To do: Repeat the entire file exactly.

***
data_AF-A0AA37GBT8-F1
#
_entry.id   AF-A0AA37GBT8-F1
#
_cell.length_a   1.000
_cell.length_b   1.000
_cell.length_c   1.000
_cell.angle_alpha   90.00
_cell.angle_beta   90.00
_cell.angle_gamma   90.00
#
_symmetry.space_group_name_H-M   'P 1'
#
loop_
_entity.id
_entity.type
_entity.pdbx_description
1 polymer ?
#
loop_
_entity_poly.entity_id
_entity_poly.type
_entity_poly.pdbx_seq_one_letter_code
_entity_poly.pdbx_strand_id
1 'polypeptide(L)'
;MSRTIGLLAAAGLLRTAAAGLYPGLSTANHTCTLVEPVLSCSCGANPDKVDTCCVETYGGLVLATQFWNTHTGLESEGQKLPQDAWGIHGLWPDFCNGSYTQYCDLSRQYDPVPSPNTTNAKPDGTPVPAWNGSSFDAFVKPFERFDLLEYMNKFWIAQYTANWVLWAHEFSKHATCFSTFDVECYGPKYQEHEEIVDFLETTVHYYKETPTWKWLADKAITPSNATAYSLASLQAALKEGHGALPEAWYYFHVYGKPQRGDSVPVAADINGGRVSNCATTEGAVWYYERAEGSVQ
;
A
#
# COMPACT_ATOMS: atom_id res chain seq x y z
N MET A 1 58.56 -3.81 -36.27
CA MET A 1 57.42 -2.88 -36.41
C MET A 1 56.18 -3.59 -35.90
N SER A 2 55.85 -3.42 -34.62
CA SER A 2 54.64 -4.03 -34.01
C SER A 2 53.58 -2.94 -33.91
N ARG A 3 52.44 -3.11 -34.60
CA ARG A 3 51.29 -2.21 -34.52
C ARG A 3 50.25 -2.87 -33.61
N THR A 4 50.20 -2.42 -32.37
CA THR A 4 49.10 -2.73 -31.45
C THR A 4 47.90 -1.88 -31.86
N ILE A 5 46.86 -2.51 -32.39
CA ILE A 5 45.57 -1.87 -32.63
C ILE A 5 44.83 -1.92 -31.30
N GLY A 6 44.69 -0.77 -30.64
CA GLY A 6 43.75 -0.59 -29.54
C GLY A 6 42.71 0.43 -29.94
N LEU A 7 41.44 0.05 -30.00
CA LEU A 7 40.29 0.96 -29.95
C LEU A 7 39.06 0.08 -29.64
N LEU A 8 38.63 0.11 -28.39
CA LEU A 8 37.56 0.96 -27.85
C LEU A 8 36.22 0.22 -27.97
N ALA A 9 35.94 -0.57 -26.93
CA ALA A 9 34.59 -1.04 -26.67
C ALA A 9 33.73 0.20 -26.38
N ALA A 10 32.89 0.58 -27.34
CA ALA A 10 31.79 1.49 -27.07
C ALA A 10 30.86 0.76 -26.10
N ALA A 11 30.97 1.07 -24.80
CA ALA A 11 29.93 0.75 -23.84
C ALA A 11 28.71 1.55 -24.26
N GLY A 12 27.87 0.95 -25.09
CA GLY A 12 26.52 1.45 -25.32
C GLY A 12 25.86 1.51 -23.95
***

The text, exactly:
data_AF-A0AA37GBT8-F1
#
_entry.id   AF-A0AA37GBT8-F1
#
_cell.length_a   1.000
_cell.length_b   1.000
_cell.length_c   1.000
_cell.angle_alpha   90.00
_cell.angle_beta   90.00
_cell.angle_gamma   90.00
#
_symmetry.space_group_name_H-M   'P 1'
#
loop_
_entity.id
_entity.type
_entity.pdbx_description
1 polymer ?
#
loop_
_entity_poly.entity_id
_entity_poly.type
_entity_poly.pdbx_seq_one_letter_code
_entity_poly.pdbx_strand_id
1 'polypeptide(L)'
;MSRTIGLLAAAGLLRTAAAGLYPGLSTANHTCTLVEPVLSCSCGANPDKVDTCCVETYGGLVLATQFWNTHTGLESEGQKLPQDAWGIHGLWPDFCNGSYTQYCDLSRQYDPVPSPNTTNAKPDGTPVPAWNGSSFDAFVKPFERFDLLEYMNKFWIAQYTANWVLWAHEFSKHATCFSTFDVECYGPKYQEHEEIVDFLETTVHYYKETPTWKWLADKAITPSNATAYSLASLQAALKEGHGALPEAWYYFHVYGKPQRGDSVPVAADINGGRVSNCATTEGAVWYYERAEGSVQ
;
A
#
# COMPACT_ATOMS: atom_id res chain seq x y z
N MET A 1 58.56 -3.81 -36.27
CA MET A 1 57.42 -2.88 -36.41
C MET A 1 56.18 -3.59 -35.90
N SER A 2 55.85 -3.42 -34.62
CA SER A 2 54.64 -4.03 -34.01
C SER A 2 53.58 -2.94 -33.91
N ARG A 3 52.44 -3.11 -34.60
CA ARG A 3 51.29 -2.21 -34.52
C ARG A 3 50.25 -2.87 -33.61
N THR A 4 50.20 -2.42 -32.37
CA THR A 4 49.10 -2.73 -31.45
C THR A 4 47.90 -1.88 -31.86
N ILE A 5 46.86 -2.51 -32.39
CA ILE A 5 45.57 -1.87 -32.63
C ILE A 5 44.83 -1.92 -31.30
N GLY A 6 44.69 -0.77 -30.64
CA GLY A 6 43.75 -0.59 -29.54
C GLY A 6 42.71 0.43 -29.94
N LEU A 7 41.44 0.05 -30.00
CA LEU A 7 40.29 0.96 -29.95
C LEU A 7 39.06 0.08 -29.64
N LEU A 8 38.63 0.11 -28.39
CA LEU A 8 37.56 0.96 -27.85
C LEU A 8 36.22 0.22 -27.97
N ALA A 9 35.94 -0.57 -26.93
CA ALA A 9 34.59 -1.04 -26.67
C ALA A 9 33.73 0.20 -26.38
N ALA A 10 32.89 0.58 -27.34
CA ALA A 10 31.79 1.49 -27.07
C ALA A 10 30.86 0.76 -26.10
N ALA A 11 30.97 1.07 -24.80
CA ALA A 11 29.93 0.75 -23.84
C ALA A 11 28.71 1.55 -24.26
N GLY A 12 27.87 0.95 -25.09
CA GLY A 12 26.52 1.45 -25.32
C GLY A 12 25.86 1.51 -23.95